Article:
10. Tell yourself that you must make it clear in your blog that you would never seriously entertain the thought expressed in #9 – that it was just a fleeting lapse in judgment, something to joke about later. Yes, folks will get a chuckle out of that!

11. Run significantly faster and longer (more jogging than walking) than you have run these past six weeks because:

a) In your haste to register (and predict your time), you probably were a little too confident in your abilities. Fifty minutes for nearly 4 miles? At this early stage in your training? Are you kidding me?

b) You at least want to finish before those last two ladies bringing up the rear, one of whom foolishly passed you early on, before you got your head out of the clouds and got down to business.

12. When waiting for the winners to be announced, tell yourself you were only joking when you said it would be really funny to win (what you meant is that it would be really great to win), but, after all, this is just a “fun run” and at least you finished before those last two ladies.

13. And finally, in shock, go up and accept your trophy for predicting better than any of the other women how fast you could do this.

How fast? Not very. But my 50:17.3 was only 17.3 seconds off, much closer than the second-place woman’s prediction. And we don’t even remember her name, do we?

Sign up for your own race at White River Road Runners. See ya there!

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4 thoughts on “How to win a race without really trying

  • Sunday, January 2, 2011 at 7:18 am
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    Great post, Suzy!

    I was out taking a few photos yesterday morning. I found out there was a “Fun Run” when I drove down Main street and saw all the signs and equipment. I said to myself, “Wow, what kind of people run on a day like this? When you could go over to Mom’s house for coffee? They are crazy.” Well, maybe I didn’t say all that to myself but I do remember the crazy part. I also, devilishly, thought to myself, “Boy those route arrows would really be easy to un-clip and flip around.”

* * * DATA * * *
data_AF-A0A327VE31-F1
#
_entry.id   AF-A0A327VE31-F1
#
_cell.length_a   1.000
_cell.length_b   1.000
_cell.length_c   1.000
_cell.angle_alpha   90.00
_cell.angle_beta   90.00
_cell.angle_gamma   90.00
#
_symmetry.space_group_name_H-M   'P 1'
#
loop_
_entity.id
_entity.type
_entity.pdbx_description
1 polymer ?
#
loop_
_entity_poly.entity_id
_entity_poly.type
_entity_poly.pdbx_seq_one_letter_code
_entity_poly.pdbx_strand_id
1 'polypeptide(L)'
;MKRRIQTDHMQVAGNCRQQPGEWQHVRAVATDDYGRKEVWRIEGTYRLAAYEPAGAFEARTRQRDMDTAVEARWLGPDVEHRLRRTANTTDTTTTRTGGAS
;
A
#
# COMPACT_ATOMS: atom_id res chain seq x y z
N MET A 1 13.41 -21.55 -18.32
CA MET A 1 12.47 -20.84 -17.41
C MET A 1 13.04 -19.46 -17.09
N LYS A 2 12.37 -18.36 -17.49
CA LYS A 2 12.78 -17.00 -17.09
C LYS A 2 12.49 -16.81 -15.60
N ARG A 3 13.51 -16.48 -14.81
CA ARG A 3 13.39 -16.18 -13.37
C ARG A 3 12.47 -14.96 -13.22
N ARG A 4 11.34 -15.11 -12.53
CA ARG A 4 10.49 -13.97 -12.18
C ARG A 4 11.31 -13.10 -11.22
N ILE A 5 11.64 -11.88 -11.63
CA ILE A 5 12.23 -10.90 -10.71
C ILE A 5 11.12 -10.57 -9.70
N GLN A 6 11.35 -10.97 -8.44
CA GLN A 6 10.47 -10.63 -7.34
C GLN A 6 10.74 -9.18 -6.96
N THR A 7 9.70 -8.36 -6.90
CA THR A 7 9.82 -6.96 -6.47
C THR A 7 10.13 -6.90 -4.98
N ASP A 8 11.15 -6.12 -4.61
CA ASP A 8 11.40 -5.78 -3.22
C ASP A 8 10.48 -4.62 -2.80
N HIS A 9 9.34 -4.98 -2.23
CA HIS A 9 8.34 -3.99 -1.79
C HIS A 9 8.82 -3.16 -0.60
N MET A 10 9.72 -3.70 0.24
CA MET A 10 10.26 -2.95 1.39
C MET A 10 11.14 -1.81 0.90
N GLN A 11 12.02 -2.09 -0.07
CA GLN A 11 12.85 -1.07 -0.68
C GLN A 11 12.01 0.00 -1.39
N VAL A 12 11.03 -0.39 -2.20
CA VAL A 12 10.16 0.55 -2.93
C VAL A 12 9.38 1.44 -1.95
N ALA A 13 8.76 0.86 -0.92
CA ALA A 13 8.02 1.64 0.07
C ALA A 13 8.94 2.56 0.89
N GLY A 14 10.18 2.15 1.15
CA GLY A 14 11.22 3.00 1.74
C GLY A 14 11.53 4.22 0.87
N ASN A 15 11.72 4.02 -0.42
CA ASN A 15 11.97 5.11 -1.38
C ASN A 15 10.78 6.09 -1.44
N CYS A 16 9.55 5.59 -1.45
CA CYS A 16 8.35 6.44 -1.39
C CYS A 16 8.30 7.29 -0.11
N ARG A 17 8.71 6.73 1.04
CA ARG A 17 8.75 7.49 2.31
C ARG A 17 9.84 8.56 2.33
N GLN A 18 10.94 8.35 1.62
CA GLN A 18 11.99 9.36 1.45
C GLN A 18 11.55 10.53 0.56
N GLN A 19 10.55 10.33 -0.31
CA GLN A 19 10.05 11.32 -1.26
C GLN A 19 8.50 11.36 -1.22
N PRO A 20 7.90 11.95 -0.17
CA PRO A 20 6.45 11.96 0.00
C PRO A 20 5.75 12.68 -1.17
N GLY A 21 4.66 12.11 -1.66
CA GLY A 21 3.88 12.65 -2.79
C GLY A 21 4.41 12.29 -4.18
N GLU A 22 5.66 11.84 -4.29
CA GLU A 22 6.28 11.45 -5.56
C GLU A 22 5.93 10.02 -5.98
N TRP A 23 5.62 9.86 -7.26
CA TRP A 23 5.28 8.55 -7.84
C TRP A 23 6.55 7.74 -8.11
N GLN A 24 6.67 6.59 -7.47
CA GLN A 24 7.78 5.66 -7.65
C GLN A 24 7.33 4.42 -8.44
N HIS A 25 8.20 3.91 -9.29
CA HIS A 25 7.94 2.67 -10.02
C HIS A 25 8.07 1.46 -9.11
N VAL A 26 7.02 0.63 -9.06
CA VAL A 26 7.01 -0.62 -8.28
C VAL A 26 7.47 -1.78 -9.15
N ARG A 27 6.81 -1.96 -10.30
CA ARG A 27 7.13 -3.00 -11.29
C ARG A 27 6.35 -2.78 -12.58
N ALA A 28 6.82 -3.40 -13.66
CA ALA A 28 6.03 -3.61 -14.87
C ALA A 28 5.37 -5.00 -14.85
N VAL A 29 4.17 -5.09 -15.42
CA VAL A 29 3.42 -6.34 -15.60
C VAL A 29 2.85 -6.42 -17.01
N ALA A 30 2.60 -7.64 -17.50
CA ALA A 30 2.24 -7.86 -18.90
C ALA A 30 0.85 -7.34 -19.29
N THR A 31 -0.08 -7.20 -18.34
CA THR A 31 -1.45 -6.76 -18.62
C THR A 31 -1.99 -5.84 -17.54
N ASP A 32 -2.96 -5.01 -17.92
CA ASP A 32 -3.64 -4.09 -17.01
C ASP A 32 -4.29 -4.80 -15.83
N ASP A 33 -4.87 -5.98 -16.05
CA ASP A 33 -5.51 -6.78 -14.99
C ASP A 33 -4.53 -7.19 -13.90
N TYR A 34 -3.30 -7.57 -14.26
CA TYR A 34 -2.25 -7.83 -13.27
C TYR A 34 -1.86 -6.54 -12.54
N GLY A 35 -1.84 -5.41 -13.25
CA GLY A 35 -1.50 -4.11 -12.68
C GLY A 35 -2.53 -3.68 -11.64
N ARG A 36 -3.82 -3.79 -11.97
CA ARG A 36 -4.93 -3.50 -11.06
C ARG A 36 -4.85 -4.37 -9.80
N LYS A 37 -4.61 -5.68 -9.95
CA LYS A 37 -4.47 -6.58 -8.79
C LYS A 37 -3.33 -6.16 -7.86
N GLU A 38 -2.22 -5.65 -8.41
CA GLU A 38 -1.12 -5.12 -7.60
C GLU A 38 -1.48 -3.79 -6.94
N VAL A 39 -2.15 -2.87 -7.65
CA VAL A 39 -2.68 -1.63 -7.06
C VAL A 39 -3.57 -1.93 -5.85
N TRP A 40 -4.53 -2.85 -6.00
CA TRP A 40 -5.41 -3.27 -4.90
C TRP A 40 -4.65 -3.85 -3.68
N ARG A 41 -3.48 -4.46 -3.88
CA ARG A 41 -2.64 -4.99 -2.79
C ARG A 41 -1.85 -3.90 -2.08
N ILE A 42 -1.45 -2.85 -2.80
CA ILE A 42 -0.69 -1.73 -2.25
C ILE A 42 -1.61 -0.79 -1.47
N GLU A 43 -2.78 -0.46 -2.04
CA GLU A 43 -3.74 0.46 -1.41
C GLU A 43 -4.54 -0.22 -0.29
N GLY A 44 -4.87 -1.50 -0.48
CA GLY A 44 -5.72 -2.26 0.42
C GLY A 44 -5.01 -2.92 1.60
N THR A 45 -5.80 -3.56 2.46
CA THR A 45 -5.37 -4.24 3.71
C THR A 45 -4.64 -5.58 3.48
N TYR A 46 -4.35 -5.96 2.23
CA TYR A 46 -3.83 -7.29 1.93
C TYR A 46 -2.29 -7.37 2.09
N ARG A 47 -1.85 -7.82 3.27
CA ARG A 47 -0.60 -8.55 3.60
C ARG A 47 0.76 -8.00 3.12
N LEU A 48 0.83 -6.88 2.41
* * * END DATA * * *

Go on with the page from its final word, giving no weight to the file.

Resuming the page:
Anyway, congratulations! I wish now I have taken a few photos, maybe I could have gotten a action photo to go with your post. But, now that I know you run… Heheheh.

  • Sunday, January 2, 2011 at 7:25 am
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    Thank you, Clayton, mostly for not flipping the signs. When a runner is near the end of the pack and can’t see the runners up ahead, sometimes a well-placed arrow is the only way you know you’re still on the course! 🙂 (As I get to know you, I’m finding out what a devil you are.) As far as photographing me (heh heh heh), once I attain elite status on the professional race-predicting circuit, I’ll hire you as my own personal photographer-slash-publicist.

  • Sunday, January 2, 2011 at 10:04 am
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    Hey, nice trophy! This whole thing bodes very well for your year in running, I think. Was talking to a chronic runner last week who said people our age who take up running end up being the greatest runners. So there you have it…..predicted success already bearing fruit. Way to go!

  • Sunday, January 2, 2011 at 6:32 pm
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    Congrats. I need you to come drag my lazy rear up off the couch and make me do something. I saw some folks in a race a few weeks ago and thought “I sure wish I could do that”.